May 18, 2008
‘Superfood’ celery combats brain diseases
Jonathan Leake, Science Editor
Celery may not only be good for diets but also help safeguard mental health. Researchers have found that it generates compounds that can fight Alzheimer’s and other degenerative diseases.
The compounds luteolin and diosmin appear to block the inflammation that causes the brains of victims to start shrinking and dying. In animal experiments they reduced the levels of amyloid beta, which forms the sticky deposits that build up in the brains of patients with Alzheimer’s.
The chemicals belong to a group of plant-based compounds known as flavonoids. “Luteolin and diosmin could be used in purified form as therapeutic agents,” said Dr Terrence
Town of Cedars-Sinai Medical Center, Los Angeles. “The compounds have few side effects and are available as dietary supplements.”
Any finding that celery may slow the progress of brain diseases could push it into the “superfood” bracket along with green peppers, camomile and other green vegetables that contain similar chemicals.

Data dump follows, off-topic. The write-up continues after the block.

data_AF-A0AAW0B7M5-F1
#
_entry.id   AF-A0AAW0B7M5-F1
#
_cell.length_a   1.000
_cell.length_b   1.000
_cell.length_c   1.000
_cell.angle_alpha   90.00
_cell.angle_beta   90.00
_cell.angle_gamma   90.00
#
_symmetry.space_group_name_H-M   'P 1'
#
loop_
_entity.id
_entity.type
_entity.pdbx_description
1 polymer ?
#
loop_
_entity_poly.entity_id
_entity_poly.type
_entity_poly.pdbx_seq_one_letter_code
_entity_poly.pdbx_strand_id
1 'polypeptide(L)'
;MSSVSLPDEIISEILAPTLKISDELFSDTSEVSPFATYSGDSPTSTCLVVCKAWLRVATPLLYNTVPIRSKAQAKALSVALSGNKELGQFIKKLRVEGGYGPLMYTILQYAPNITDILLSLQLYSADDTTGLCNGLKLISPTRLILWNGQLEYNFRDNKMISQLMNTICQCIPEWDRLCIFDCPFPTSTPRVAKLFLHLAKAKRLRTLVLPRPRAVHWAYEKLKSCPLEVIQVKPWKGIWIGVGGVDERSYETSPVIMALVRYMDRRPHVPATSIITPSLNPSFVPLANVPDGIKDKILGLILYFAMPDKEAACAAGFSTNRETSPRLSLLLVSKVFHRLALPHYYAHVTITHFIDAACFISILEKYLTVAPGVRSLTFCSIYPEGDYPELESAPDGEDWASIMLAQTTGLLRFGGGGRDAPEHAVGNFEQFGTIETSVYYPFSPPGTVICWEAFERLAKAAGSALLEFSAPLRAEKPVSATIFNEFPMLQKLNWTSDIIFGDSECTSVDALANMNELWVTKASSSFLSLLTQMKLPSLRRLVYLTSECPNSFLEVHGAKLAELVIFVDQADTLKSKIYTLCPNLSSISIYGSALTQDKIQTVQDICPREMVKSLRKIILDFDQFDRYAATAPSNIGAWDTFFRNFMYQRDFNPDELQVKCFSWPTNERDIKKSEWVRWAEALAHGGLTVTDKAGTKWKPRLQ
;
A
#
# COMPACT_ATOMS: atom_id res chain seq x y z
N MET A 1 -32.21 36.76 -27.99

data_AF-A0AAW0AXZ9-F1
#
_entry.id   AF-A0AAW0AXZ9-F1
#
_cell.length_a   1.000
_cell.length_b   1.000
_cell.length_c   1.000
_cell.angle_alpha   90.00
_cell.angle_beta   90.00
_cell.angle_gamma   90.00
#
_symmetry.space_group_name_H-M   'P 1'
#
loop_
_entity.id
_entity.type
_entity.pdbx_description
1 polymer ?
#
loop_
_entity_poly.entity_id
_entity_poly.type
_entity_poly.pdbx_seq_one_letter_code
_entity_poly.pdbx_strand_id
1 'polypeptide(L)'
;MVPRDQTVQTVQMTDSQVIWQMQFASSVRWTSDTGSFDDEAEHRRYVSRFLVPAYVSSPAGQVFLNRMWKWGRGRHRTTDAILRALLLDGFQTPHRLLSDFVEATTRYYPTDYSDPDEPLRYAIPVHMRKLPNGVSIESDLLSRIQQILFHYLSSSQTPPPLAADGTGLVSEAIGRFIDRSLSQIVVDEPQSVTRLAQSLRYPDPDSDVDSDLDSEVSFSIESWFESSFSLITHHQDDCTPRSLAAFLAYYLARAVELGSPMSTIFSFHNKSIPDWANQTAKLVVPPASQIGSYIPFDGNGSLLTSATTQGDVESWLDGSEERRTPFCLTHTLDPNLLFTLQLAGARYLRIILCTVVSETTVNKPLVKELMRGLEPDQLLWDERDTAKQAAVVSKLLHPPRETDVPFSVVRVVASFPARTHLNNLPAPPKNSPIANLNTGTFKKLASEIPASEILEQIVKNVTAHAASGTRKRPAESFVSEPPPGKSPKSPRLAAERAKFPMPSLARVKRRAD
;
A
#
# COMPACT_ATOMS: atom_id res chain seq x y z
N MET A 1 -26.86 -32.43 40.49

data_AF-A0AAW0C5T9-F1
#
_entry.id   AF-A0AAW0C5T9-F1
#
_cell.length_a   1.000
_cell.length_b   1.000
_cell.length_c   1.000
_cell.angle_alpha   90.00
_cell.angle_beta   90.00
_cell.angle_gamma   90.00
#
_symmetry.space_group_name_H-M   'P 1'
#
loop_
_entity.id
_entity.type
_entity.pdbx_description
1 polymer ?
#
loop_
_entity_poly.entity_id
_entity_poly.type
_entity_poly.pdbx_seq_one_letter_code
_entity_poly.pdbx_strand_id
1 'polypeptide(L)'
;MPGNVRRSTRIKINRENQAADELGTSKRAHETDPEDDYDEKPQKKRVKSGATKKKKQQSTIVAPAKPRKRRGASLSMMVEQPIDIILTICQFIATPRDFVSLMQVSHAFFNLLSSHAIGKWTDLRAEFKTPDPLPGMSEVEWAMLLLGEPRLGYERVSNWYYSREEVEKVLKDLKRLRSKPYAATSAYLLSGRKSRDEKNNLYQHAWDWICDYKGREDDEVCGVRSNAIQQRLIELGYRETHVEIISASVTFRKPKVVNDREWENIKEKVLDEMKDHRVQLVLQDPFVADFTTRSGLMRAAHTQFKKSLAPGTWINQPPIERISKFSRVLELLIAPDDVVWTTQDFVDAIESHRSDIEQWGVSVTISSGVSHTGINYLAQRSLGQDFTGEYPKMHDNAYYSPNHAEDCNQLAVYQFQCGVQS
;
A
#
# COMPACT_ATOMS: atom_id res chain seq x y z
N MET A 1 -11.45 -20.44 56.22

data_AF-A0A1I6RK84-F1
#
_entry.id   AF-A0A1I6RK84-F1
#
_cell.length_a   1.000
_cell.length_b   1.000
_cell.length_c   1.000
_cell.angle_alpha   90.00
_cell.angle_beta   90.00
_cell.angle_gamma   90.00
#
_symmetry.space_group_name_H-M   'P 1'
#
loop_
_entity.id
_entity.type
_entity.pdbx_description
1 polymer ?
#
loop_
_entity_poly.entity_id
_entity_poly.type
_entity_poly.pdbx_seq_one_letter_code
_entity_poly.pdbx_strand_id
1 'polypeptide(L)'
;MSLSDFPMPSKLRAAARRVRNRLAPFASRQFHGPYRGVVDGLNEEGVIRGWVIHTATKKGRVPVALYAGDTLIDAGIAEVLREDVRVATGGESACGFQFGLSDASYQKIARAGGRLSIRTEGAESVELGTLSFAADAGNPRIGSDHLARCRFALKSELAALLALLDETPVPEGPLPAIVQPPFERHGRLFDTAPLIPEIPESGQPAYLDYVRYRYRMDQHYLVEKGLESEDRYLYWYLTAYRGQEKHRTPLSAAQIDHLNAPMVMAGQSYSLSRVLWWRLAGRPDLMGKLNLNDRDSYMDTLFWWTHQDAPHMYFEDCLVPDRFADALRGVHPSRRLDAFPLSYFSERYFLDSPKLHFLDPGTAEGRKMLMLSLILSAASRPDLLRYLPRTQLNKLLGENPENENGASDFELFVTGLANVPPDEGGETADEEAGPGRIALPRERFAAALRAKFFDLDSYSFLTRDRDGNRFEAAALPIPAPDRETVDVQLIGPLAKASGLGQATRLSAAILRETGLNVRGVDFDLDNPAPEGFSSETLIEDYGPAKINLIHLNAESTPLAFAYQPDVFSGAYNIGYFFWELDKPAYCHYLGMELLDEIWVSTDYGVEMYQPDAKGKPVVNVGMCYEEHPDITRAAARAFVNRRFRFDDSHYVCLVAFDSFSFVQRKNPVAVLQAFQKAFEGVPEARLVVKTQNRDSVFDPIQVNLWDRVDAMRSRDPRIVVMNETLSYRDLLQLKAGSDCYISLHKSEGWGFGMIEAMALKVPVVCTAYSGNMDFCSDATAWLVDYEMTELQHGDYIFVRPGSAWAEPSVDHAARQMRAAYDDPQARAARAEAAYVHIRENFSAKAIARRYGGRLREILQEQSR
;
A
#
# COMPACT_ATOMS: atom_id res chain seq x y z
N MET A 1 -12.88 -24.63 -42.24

Town emphasised that research was in its early stages and based on animal experiments. His study used mice genetically modified to develop Alzheimer’s. Progress of the disease slowed sharply in animals given diosmin.
Dr Susanne Sorensen, of the Alzheimer’s Society, said: “We know a healthy balanced diet can reduce dementia risk. This work reinforces the need to eat a diet rich in fruit and vegetables.”
Treatments for diseases such as Alzheimer’s are becoming increasingly urgent. There are currently 700,000 people with dementia in the UK, at least 15,000 of whom are under 65, and some in their forties.